Liam Hehir: How to make your mind up

Liam Hehir: How to make your mind up

If you’re still on the fence about how to vote, Liam Hehir says it’s probably more important for you to vote on the basis of your principles, and he offers a way to think about how these principles might align with the main party options.


Still undecided? Here’s how to make your mind up

If you are still torn on how to vote, you’ve only got a day or two to make up your mind. Time is running out. There are no extensions available from polling day on Saturday.

So how to make up your mind?

Firstly, you do not actually have to vote if you do not want to. Unlike Australia and some Latin American countries, voting is not compulsory. There is no legal obligation for you to do anything but register for the electoral roll.

It is sometimes said that if you do not vote then you forfeit your right to complain. That’s hogwash. The right to bring your grievances to the government, which is recognised in the Magna Carta, is older and more ancient than the right to vote.

If you are completely dissatisfied with all the options, there is nothing wrong with registering that opinion by staying home. It is a perfectly respectable choice. As is complaining about what the clowns who get in do subsequently.

It’s your God-given right as a New Zealander.

For many people, however, the franchise was such a hard-won thing that they feel a duty to exercise it. That’s a valid perspective too. However, it does require making a decision.

There are all sorts of online tools that purport to tell you how you should vote. The problem is that these are time-consuming and, in many ways, unrealistic. Scan social media and you’ll find lots of people posting about how these tools deliver advice they find completely unpalatable. That’s because they are based on a highly granular analysis of particular policy preferences that does not translate into government as it actually happens in this country.

In my view, it’s better to go for a method that relies on both objective considerations and your gut instincts.

The American conservative commentator William F Buckly Jr had a rule by which he would vote for the most rightward, viable candidate. That meant that in what the Americans call a primary election, he would vote for the most conservative candidate that had a realistic chance of winning. In the subsequent general election, he would apply the same rule – which might in the circumstances mean voting for a liberal Republican or a conservative Democrat

This is a good, workable approach that can adapted for New Zealanders of all political persuasions.

First, take note of the fact that only parties that poll over five per cent of the vote make it into Parliament. Votes for parties who do not reach that threshold do not count towards the allocation of seats and therefore the selection of the government. So one test for viability in New Zealand politics is to look for parties who are polling at least at or around five per cent in scientific surveys.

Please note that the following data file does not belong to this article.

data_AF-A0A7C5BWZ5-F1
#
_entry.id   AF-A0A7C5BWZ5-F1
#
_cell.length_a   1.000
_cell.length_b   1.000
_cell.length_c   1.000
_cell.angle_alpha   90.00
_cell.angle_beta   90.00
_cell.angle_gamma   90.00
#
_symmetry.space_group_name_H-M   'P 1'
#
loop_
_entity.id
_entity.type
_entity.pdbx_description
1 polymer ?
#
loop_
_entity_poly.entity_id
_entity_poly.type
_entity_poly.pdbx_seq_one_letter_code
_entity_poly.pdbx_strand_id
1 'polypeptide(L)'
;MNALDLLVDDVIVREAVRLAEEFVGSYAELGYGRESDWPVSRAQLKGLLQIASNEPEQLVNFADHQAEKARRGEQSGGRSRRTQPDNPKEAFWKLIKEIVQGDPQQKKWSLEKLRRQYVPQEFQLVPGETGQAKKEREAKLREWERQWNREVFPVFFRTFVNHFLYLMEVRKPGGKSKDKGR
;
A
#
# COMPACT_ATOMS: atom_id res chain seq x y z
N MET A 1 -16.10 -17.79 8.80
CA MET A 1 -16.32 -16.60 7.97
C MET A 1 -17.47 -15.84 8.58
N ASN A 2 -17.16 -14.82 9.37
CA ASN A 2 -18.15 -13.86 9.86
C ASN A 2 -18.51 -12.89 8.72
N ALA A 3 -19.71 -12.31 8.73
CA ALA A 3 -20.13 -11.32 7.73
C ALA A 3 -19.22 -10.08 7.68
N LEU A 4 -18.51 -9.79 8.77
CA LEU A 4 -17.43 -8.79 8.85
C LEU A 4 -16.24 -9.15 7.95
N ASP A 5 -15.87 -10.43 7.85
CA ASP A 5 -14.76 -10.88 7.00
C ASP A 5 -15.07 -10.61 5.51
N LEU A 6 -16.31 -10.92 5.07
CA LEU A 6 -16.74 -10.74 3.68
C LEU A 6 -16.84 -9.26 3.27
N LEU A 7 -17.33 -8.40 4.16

We have a second electoral threshold which is that parties with enough concentrated geographic support to win an electorate seat also get in. Votes for those parties count towards allocating seats in Parliament too. However, opinion polling in individual electorates is unreliable so, by default, the sensible measure of viability here should be incumbency

Under these rules, the viable options are the Labour, National, Greens and ACT parties. The chances are that none of those options will live up to your platonic ideal of a political party. Being collections of interests themselves, no political party can be a perfect vehicle for any political party.

So my advice is just to pick one of the four options based on which one is least out of kilter with your worldview at this point in your life. One version of this would look like this:

  • If you really like socialism and want much more of it, vote for the Greens.
  • If you think we could use a little bit more socialism, vote for Labour.
  • If you think we have enough socialism (and maybe a bit too much), vote for National.
  • If you think we need to seriously roll back the socialism we do have, vote for ACT.

You may formulate the question differently, of course. However, the point isn’t that the Greens are an out-and-out socialist party but that it’s the party most conducive to socialistic solutions to political problems. ACT, of course, are the opposite. Labour and National represent more pragmatic preferences rather than ideological commitments.

So having worked out which option most aligns with your view, just vote that way. Don’t stress about the strategic implications of voting for this party or that. Those are valid considerations for some but if you’re still on the fence at this point then it is probably more important for you to vote your principles.

Or the closest facsimile thereof.


Liam Hehir lives in the small Manawatu village of Rongotea. He has been a conservative columnist since 2013. He is a practising Catholic and sympathises with the aims of the National Party, for which he formerly volunteered in a variety of low-level roles.

This article can be republished under a Creative Commons CC BY-ND 4.0  license. Attributions should include a link to the Democracy Project.